Another view of the old section of Murrow Center.
I kept a lot of papers from that dedication.

A famous CBS news commentator named Eric Sevareld came out from New York City to speak at the dedication.

My only memory of his address, which was held at Bohler Gymnasium that many years ago, was his description of trying to book a flight to Pullman, WA. from New York City.

A travel agent handed him the ticket with several stopovers to change planes. She said, "I think this will get you there, but it's the first time it's ever been tried." Most people in New York City have never heard of Pullman, WA.

This might be an urban legend that I heard from my mom. She had read an article, somewhere, that one of the plane stops was Spokane, just before Pullman.

Knowing that Sevareld would be in the area, they invited him to speak in Spokane also. He sent them a postcard with one word on it.


Like thinking of Spokane as just a whistle stop, it must have been seen as an insult.

For Pullman, it was a David and Goliath moment, as Spokane is the biggest city and trade center of that region.

My mom didn't think much of Spokane with it's more conservative politics than little Pullman. Pullman is a college town.

These days, that story would be thought of as "liberal elitism."

My mom noted that she traveled to Seattle, 300 miles away, more often than Spokane; a mere 80 miles away. She often took the Greyhound Bus (she was a non driver) to Seattle where she had volunteer activity, at the state level, in our liberal church denomination; the United Church of Christ (Congregationalist Churches).

Comparing Seattle to Spokane, my mom would say, "Spokane thinks its big, Seattle knows its big."

As I remember, there was some friction between the CBS news operation, in New York, and Spokane's CBS affiliate which was then KXLY TV Channel 4.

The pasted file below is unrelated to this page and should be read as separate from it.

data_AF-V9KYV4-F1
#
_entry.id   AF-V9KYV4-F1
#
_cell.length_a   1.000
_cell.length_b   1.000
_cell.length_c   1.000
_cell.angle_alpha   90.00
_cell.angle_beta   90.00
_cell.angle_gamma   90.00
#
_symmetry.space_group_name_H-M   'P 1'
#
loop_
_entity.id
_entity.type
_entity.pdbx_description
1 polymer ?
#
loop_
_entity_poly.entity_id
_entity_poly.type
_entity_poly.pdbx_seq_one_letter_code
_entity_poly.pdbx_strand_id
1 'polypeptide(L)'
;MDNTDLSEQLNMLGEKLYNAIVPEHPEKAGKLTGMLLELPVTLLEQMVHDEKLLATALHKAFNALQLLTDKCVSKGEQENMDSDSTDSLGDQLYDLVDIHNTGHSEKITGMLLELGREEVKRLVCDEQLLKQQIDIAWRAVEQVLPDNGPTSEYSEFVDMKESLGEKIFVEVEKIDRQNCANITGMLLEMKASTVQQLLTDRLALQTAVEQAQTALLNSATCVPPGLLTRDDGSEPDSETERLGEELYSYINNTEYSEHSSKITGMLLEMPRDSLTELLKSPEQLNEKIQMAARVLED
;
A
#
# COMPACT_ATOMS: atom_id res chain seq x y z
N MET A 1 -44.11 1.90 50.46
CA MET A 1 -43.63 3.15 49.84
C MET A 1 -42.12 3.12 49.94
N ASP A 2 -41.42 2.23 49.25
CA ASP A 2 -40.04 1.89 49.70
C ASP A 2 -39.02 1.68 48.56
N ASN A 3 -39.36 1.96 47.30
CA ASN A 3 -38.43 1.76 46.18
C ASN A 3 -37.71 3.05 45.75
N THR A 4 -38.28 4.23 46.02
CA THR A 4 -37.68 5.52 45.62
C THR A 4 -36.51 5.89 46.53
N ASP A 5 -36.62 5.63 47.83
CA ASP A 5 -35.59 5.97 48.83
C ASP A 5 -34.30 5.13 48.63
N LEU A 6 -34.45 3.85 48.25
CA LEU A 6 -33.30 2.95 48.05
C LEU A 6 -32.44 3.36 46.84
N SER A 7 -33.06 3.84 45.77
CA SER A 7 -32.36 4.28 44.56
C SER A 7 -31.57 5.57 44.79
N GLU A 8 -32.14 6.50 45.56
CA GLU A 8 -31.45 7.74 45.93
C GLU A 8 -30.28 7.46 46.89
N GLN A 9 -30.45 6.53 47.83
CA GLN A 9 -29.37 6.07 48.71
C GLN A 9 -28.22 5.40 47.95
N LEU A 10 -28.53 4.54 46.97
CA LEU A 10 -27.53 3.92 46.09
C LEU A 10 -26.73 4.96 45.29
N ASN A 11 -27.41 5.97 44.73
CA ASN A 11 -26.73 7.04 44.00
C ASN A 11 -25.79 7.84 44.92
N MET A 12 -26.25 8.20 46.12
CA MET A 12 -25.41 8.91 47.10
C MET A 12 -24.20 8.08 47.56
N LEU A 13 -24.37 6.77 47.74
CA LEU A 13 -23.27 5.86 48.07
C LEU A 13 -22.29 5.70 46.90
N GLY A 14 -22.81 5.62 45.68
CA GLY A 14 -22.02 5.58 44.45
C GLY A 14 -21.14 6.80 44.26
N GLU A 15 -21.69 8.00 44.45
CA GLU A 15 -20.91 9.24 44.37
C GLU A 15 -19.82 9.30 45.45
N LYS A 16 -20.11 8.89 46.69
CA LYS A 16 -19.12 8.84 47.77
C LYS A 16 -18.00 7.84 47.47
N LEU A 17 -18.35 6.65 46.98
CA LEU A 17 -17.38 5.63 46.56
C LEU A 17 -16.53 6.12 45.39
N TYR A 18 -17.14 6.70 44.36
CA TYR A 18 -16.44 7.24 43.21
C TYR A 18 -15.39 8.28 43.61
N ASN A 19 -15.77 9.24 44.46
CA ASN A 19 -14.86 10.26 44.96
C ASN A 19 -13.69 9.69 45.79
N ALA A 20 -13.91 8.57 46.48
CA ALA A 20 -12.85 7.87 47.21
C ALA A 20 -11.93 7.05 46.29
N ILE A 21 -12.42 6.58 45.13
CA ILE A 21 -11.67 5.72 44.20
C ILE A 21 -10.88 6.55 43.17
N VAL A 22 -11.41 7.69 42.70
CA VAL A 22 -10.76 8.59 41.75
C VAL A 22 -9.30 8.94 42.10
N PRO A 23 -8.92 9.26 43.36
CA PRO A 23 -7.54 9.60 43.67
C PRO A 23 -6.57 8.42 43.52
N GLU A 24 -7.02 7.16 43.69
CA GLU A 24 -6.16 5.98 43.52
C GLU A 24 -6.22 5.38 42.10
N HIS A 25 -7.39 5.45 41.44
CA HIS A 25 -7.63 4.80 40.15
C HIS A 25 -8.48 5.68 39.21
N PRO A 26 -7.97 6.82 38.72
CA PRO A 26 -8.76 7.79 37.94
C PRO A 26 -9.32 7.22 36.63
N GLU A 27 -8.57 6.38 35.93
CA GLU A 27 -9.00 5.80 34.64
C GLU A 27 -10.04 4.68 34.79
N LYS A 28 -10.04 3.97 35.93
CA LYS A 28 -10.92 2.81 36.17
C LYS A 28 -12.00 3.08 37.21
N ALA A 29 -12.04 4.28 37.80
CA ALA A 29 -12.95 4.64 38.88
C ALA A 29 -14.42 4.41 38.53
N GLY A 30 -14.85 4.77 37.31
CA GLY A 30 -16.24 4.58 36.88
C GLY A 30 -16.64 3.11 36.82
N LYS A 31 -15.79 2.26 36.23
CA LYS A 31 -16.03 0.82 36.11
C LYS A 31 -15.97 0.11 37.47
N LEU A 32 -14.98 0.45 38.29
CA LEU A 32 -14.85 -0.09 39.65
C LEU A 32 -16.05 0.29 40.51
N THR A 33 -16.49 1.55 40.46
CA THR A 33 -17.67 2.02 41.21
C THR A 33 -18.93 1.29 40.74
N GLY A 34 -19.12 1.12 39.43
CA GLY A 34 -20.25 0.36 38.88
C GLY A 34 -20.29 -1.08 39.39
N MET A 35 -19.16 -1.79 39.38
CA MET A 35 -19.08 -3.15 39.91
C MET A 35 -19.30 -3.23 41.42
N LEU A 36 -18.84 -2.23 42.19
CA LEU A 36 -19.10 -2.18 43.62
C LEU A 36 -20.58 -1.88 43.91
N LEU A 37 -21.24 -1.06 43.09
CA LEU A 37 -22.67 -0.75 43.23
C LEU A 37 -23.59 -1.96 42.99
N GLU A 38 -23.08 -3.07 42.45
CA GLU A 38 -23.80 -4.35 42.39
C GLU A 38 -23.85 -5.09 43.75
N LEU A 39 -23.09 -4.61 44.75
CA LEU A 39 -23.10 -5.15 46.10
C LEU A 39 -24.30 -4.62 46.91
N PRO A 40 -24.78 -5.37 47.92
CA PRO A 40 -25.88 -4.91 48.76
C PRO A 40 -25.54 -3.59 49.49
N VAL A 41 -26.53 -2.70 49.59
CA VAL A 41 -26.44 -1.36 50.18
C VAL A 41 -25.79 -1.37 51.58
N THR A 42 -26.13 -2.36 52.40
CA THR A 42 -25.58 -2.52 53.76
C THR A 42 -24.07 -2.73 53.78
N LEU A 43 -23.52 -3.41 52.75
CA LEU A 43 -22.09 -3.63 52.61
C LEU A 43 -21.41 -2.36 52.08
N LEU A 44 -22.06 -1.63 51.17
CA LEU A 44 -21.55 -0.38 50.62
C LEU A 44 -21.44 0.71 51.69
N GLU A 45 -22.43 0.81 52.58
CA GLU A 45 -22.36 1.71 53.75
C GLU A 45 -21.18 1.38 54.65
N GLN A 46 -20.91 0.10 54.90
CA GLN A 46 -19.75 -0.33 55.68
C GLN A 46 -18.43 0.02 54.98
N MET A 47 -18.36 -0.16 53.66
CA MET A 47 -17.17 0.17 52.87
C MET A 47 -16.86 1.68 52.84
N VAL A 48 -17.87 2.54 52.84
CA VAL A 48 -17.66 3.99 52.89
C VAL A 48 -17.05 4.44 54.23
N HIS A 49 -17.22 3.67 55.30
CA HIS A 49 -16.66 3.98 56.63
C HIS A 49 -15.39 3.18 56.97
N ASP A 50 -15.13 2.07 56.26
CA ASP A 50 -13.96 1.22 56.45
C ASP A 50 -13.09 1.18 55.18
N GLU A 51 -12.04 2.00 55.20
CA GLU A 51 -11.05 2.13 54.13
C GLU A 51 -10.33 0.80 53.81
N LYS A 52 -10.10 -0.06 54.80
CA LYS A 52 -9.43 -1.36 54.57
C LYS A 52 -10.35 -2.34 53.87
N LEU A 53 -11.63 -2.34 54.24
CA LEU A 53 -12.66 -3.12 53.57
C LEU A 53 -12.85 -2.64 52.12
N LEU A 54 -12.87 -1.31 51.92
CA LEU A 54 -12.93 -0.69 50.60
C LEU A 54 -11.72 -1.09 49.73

Several years later (if I remember correctly) CBS dropped KXLY and went to Spokane's KREM, Channel 2. KXLY then picked up the ABC network so the Spokane stations kind of did a network shuffle.

Picture of me on left in a high school TV production class.
I also kept copies of the high school newspaper that I was a reporter for.

The high school was also in a brand new building, my senior year. It featured some sophisticated communications equipment of its own.

Headline below is from another edition where I wrote an editorial. I still have that copy posted on Flickr.

KWSU TV was planning to move their transmitter to Kamiak Butte and I favored the idea. Increase the reach for educational media.

The editor, of the high school newspaper, was against the plans for putting a TV tower on Kamiak.

She printed my editorial and wrote one of her own in a "point counterpoint feature."
Before moving to Kamiak, KWSU's TV antenna was on the top of Bryan Hall Clock Tower. It only had about a 15 mile reach from there.
After that controversy cleared, they did build a tower on the left side of Kamiak Butte north of Pullman. Built sometime after I graduated from high school.

The tower is hardly visible (or not visible at all) in this picture that I took looking north from Terrell Library Plaza at WSU in 2001. There are dormatories in the foreground.

The range of the signal is much farther from Kamiak, but now it might not matter as much as just about everything goes worldwide on the internet.